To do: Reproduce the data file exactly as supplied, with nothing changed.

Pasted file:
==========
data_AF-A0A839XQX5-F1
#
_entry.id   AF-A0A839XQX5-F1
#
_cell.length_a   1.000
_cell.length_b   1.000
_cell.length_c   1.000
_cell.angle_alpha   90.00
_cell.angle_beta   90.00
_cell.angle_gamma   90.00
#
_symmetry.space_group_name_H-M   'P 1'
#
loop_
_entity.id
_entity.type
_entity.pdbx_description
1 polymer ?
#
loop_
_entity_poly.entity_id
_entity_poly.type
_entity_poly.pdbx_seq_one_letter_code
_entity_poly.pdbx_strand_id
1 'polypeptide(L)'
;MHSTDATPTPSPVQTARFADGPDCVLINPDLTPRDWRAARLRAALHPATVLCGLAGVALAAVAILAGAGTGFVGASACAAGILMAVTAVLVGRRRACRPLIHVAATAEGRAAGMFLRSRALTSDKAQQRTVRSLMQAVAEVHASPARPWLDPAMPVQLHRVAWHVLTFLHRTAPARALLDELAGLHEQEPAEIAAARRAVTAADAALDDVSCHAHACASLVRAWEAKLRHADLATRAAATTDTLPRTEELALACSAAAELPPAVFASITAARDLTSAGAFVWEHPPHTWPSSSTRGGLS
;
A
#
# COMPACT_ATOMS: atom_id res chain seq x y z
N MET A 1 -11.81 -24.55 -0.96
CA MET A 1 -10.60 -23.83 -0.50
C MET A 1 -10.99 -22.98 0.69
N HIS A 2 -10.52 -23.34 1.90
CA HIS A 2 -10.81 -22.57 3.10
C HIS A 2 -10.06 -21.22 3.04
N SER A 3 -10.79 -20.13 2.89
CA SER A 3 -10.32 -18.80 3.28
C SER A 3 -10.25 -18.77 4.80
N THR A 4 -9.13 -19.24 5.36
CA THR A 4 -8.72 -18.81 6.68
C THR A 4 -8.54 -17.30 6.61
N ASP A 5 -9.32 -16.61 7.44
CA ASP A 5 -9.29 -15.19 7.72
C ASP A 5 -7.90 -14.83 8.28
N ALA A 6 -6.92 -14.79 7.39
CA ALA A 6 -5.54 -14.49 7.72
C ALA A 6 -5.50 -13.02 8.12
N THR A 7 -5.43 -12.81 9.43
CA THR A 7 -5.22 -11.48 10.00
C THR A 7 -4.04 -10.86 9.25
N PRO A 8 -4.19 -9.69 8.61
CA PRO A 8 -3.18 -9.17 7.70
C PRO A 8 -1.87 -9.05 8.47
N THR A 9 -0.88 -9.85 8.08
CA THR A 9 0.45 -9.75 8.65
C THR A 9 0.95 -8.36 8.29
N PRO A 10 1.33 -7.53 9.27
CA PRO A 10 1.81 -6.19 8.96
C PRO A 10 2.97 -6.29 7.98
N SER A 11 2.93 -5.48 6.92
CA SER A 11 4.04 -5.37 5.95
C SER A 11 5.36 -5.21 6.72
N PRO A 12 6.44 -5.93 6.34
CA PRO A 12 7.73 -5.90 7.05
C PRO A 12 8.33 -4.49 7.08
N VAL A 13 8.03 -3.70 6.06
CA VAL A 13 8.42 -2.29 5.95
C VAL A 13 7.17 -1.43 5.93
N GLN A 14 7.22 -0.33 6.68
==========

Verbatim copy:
data_AF-A0A839XQX5-F1
#
_entry.id   AF-A0A839XQX5-F1
#
_cell.length_a   1.000
_cell.length_b   1.000
_cell.length_c   1.000
_cell.angle_alpha   90.00
_cell.angle_beta   90.00
_cell.angle_gamma   90.00
#
_symmetry.space_group_name_H-M   'P 1'
#
loop_
_entity.id
_entity.type
_entity.pdbx_description
1 polymer ?
#
loop_
_entity_poly.entity_id
_entity_poly.type
_entity_poly.pdbx_seq_one_letter_code
_entity_poly.pdbx_strand_id
1 'polypeptide(L)'
;MHSTDATPTPSPVQTARFADGPDCVLINPDLTPRDWRAARLRAALHPATVLCGLAGVALAAVAILAGAGTGFVGASACAAGILMAVTAVLVGRRRACRPLIHVAATAEGRAAGMFLRSRALTSDKAQQRTVRSLMQAVAEVHASPARPWLDPAMPVQLHRVAWHVLTFLHRTAPARALLDELAGLHEQEPAEIAAARRAVTAADAALDDVSCHAHACASLVRAWEAKLRHADLATRAAATTDTLPRTEELALACSAAAELPPAVFASITAARDLTSAGAFVWEHPPHTWPSSSTRGGLS
;
A
#
# COMPACT_ATOMS: atom_id res chain seq x y z
N MET A 1 -11.81 -24.55 -0.96
CA MET A 1 -10.60 -23.83 -0.50
C MET A 1 -10.99 -22.98 0.69
N HIS A 2 -10.52 -23.34 1.90
CA HIS A 2 -10.81 -22.57 3.10
C HIS A 2 -10.06 -21.22 3.04
N SER A 3 -10.79 -20.13 2.89
CA SER A 3 -10.32 -18.80 3.28
C SER A 3 -10.25 -18.77 4.80
N THR A 4 -9.13 -19.24 5.36
CA THR A 4 -8.72 -18.81 6.68
C THR A 4 -8.54 -17.30 6.61
N ASP A 5 -9.32 -16.61 7.44
CA ASP A 5 -9.29 -15.19 7.72
C ASP A 5 -7.90 -14.83 8.28
N ALA A 6 -6.92 -14.79 7.39
CA ALA A 6 -5.54 -14.49 7.72
C ALA A 6 -5.50 -13.02 8.12
N THR A 7 -5.43 -12.81 9.43
CA THR A 7 -5.22 -11.48 10.00
C THR A 7 -4.04 -10.86 9.25
N PRO A 8 -4.19 -9.69 8.61
CA PRO A 8 -3.18 -9.17 7.70
C PRO A 8 -1.87 -9.05 8.47
N THR A 9 -0.88 -9.85 8.08
CA THR A 9 0.45 -9.75 8.65
C THR A 9 0.95 -8.36 8.29
N PRO A 10 1.33 -7.53 9.27
CA PRO A 10 1.81 -6.19 8.96
C PRO A 10 2.97 -6.29 7.98
N SER A 11 2.93 -5.48 6.92
CA SER A 11 4.04 -5.37 5.95
C SER A 11 5.36 -5.21 6.72
N PRO A 12 6.44 -5.93 6.34
CA PRO A 12 7.73 -5.90 7.05
C PRO A 12 8.33 -4.49 7.08
N VAL A 13 8.03 -3.70 6.06
CA VAL A 13 8.42 -2.29 5.95
C VAL A 13 7.17 -1.43 5.93
N GLN A 14 7.22 -0.33 6.68